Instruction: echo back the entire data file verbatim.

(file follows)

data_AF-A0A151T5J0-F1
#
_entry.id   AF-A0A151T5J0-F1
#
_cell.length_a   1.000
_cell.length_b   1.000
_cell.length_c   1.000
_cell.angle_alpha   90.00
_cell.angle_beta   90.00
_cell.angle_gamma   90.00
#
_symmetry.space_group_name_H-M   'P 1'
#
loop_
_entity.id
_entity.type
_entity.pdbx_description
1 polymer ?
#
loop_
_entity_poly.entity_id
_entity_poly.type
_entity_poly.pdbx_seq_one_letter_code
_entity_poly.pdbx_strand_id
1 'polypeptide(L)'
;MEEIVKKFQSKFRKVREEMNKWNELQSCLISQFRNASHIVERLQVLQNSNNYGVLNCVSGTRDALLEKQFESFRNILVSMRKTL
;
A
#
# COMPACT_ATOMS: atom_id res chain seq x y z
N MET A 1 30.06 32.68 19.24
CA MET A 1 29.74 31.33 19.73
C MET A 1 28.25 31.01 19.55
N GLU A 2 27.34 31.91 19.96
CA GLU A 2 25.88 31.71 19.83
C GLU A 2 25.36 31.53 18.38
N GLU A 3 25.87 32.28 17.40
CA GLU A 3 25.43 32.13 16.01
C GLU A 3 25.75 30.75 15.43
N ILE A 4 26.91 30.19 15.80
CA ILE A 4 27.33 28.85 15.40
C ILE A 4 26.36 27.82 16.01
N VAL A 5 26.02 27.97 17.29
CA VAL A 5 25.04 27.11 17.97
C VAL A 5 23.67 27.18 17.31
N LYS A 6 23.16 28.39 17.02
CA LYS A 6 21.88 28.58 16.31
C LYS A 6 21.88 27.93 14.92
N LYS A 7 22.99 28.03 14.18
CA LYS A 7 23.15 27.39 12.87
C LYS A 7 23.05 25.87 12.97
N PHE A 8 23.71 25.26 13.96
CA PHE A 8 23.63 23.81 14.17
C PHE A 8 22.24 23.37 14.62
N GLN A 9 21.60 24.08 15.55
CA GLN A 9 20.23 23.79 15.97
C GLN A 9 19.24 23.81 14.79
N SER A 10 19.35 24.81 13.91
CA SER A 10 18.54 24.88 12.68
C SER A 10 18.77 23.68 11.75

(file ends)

data_AF-A0A151T5J0-F1
#
_entry.id   AF-A0A151T5J0-F1
#
_cell.length_a   1.000
_cell.length_b   1.000
_cell.length_c   1.000
_cell.angle_alpha   90.00
_cell.angle_beta   90.00
_cell.angle_gamma   90.00
#
_symmetry.space_group_name_H-M   'P 1'
#
loop_
_entity.id
_entity.type
_entity.pdbx_description
1 polymer ?
#
loop_
_entity_poly.entity_id
_entity_poly.type
_entity_poly.pdbx_seq_one_letter_code
_entity_poly.pdbx_strand_id
1 'polypeptide(L)'
;MEEIVKKFQSKFRKVREEMNKWNELQSCLISQFRNASHIVERLQVLQNSNNYGVLNCVSGTRDALLEKQFESFRNILVSMRKTL
;
A
#
# COMPACT_ATOMS: atom_id res chain seq x y z
N MET A 1 30.06 32.68 19.24
CA MET A 1 29.74 31.33 19.73
C MET A 1 28.25 31.01 19.55
N GLU A 2 27.34 31.91 19.96
CA GLU A 2 25.88 31.71 19.83
C GLU A 2 25.36 31.53 18.38
N GLU A 3 25.87 32.28 17.40
CA GLU A 3 25.43 32.13 16.01
C GLU A 3 25.75 30.75 15.43
N ILE A 4 26.91 30.19 15.80
CA ILE A 4 27.33 28.85 15.40
C ILE A 4 26.36 27.82 16.01
N VAL A 5 26.02 27.97 17.29
CA VAL A 5 25.04 27.11 17.97
C VAL A 5 23.67 27.18 17.31
N LYS A 6 23.16 28.39 17.02
CA LYS A 6 21.88 28.58 16.31
C LYS A 6 21.88 27.93 14.92
N LYS A 7 22.99 28.03 14.18
CA LYS A 7 23.15 27.39 12.87
C LYS A 7 23.05 25.87 12.97
N PHE A 8 23.71 25.26 13.96
CA PHE A 8 23.63 23.81 14.17
C PHE A 8 22.24 23.37 14.62
N GLN A 9 21.60 24.08 15.55
CA GLN A 9 20.23 23.79 15.97
C GLN A 9 19.24 23.81 14.79
N SER A 10 19.35 24.81 13.91
CA SER A 10 18.54 24.88 12.68
C SER A 10 18.77 23.68 11.75